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Montana Field Guide

Montana Field Guides

Callippe Fritillary - Speyeria callippe

Native Species

Global Rank: G5
State Rank: S5

Agency Status

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General Description
[From Ferris and Brown 1981, Scott 1986, Glassberg 2001, Guppy and Sphepard 2001, Pyle 2002] Forewing 2.3-3.4 cm. Wings relatively short and triangular. Characterized everywhere by pale ventral hindwing marginal spots triangular and capped with thin triangle of green or brown. Ventral hindwing disk variable amounts of green to bright green, pale spots silvered, the median and submarginal spots show through the wings especially on females. Dorsal wing surfaces more yellowish-brown than bright orange, dark marking relatively evenly spaces giving a checkered appearance.

One flight. Mostly mid-June to mid-August, June to July in California (Scott 1986). In Washington and Oregon, early May to early September with peak in June and July (Pyle 2002); mid-May to late August in British Columbia (Guppy and Shepard 2001). Appears in early June in Colorado (Ferris and Brown 1981).

Diagnostic Characteristics
Characterized everywhere by pale ventral hindwing marginal spots triangular (not oval or flattened) and capped with thin triangle of green or brown, the ventral hindwing disk with variable amounts of green to bright green.

Species Range
Montana Range Range Descriptions


Range Comments
From southern British Columbia east to southern Manitoba, south to southern California, central Nevada and Utah, southern Colorado, northern Baja Mexico; to at least 2956 m elevation (Scott 1986, Glassberg 2001, James and Nunnallee 2011); statewide in Montana (Kohler 1980, Stanford and Opler 1993). Common to abundant (Glassberg 2001).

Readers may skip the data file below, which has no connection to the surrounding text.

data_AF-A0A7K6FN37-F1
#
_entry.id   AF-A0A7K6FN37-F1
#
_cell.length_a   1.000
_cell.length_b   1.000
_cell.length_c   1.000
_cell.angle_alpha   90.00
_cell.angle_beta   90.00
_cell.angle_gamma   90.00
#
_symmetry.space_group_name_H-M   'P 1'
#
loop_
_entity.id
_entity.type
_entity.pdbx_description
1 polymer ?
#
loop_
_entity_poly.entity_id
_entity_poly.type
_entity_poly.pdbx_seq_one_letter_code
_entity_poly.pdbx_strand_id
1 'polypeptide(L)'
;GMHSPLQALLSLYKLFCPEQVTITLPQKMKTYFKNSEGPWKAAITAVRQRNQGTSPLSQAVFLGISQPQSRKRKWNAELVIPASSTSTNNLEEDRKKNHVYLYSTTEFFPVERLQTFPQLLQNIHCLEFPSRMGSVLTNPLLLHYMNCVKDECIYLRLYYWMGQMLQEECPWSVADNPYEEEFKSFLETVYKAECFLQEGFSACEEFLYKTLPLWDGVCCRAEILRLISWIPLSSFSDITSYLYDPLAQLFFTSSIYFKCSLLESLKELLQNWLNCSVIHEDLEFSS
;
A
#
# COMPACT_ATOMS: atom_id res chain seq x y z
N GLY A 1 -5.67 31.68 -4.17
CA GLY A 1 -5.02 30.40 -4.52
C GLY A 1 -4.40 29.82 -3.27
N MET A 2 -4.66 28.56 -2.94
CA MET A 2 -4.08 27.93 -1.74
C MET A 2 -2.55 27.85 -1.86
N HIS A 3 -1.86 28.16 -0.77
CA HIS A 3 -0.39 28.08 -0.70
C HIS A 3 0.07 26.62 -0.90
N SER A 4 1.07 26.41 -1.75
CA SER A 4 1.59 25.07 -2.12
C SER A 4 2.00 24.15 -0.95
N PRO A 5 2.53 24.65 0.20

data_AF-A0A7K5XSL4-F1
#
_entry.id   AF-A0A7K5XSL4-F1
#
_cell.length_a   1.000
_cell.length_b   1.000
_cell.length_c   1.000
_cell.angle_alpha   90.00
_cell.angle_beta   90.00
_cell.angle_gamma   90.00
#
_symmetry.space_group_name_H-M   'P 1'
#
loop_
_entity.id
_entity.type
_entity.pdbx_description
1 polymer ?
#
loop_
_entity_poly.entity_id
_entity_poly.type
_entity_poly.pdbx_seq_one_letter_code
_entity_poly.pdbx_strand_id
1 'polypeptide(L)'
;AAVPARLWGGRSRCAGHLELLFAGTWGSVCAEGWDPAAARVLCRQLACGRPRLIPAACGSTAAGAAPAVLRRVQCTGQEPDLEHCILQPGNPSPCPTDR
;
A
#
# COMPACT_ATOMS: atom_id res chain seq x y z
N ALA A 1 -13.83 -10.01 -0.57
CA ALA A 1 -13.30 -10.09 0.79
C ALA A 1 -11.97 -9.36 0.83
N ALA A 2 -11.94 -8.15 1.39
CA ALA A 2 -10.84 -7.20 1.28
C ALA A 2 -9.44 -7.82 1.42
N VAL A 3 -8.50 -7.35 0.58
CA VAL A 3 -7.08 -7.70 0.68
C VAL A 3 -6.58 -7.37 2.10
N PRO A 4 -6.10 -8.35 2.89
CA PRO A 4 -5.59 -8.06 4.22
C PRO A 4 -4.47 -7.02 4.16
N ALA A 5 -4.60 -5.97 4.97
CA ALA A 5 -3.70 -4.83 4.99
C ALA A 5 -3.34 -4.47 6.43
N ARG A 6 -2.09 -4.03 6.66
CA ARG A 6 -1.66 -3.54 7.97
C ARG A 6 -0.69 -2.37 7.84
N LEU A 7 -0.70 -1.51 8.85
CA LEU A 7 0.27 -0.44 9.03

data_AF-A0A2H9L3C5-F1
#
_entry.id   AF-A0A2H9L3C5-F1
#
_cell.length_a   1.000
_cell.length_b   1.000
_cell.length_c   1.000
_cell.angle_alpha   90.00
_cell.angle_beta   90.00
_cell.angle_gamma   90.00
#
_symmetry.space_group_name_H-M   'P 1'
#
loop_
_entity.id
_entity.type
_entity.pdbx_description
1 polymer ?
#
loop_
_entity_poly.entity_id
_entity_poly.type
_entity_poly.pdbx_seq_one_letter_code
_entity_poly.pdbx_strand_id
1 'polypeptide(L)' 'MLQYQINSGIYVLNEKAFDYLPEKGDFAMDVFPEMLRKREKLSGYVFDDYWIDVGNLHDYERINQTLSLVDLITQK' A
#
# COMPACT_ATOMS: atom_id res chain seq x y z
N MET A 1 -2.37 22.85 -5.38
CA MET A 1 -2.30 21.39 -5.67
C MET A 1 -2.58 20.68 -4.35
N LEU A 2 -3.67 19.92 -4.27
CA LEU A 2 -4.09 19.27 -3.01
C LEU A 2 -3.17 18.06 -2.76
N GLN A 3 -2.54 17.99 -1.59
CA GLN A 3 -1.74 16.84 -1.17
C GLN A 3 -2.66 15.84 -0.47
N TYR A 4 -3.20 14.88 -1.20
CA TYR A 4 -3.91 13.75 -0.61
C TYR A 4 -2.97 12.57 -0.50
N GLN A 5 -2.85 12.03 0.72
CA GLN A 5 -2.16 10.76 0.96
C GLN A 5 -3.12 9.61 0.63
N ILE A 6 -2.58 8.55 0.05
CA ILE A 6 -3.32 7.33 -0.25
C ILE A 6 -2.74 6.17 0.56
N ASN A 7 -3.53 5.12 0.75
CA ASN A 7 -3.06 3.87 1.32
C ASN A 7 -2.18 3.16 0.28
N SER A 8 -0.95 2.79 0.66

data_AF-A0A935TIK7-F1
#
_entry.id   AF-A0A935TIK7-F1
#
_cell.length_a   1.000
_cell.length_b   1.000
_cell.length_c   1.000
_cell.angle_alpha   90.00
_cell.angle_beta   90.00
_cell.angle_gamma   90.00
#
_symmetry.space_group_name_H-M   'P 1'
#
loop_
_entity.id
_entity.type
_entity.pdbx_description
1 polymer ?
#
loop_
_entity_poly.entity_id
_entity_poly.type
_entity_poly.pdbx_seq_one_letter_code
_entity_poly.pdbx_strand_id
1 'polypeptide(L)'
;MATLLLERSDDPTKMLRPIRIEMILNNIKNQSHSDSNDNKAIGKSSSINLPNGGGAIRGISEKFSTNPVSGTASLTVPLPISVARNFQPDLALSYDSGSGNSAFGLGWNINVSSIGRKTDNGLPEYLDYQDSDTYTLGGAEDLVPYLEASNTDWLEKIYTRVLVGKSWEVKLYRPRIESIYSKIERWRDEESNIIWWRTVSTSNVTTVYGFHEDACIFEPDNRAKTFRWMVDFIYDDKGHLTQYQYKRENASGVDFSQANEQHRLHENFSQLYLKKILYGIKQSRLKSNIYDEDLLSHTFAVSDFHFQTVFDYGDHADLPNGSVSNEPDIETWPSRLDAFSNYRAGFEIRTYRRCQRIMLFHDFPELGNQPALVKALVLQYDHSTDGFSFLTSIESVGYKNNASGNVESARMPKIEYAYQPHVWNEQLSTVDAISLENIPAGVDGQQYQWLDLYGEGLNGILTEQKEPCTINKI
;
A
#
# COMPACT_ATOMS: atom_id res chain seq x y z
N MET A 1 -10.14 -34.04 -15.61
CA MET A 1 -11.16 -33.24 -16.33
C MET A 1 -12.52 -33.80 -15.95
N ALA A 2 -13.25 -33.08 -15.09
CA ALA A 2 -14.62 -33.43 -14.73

Observations in Montana Natural Heritage Program Database
Number of Observations: 17

(Click on the following maps and charts to see full sized version) Map Help and Descriptions
Relative Density



(Observations spanning multiple months or years are excluded from time charts)


Habitats vary by subspecies, but include prairie grasslands, sagebrush-steppe, chaparral, pine woodlands, montane canyons (Ferris and Brown 1981, Scott 1986, Pyle 2002, James and Nunnallee 2011).

Food Habits
Larval food plants include several species of Viola. Adults feed on flower nectar, including Sorbus, Gaillardia, Hieracium, and Spraguea, and at mud puddles (Scott 1986, Pyle 2002, James and Nunnallee 2011).

Reproductive Characteristics
Females lay eggs in August, producing 100-150 eggs laid singly often in litter at base of sagebrush (Artemisia) or near larval foodplant. Eggs hatch in about 11 days, overwinter as L1 instar larvae for at least 100 days. After leaving hibernation on the onset of feeding, L2 instar reached in 7 days, L2 to pupation in 47 days, adults emerge from pupae in about 13-35 days, all depending on temperature. Larval feeding mostly nocturnal, pupate near the ground under lightly-silked leaf tents (Guppy and Shepard 2001, James and Nunnallee 2011). Males patrol and perch on hilltops until midday, then patrol near the ground over hillsides or flatter areas in search of females (Scott 1986).

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Citation for data on this website:
Callippe Fritillary — Speyeria callippe.  Montana Field Guide.  .  Retrieved on , from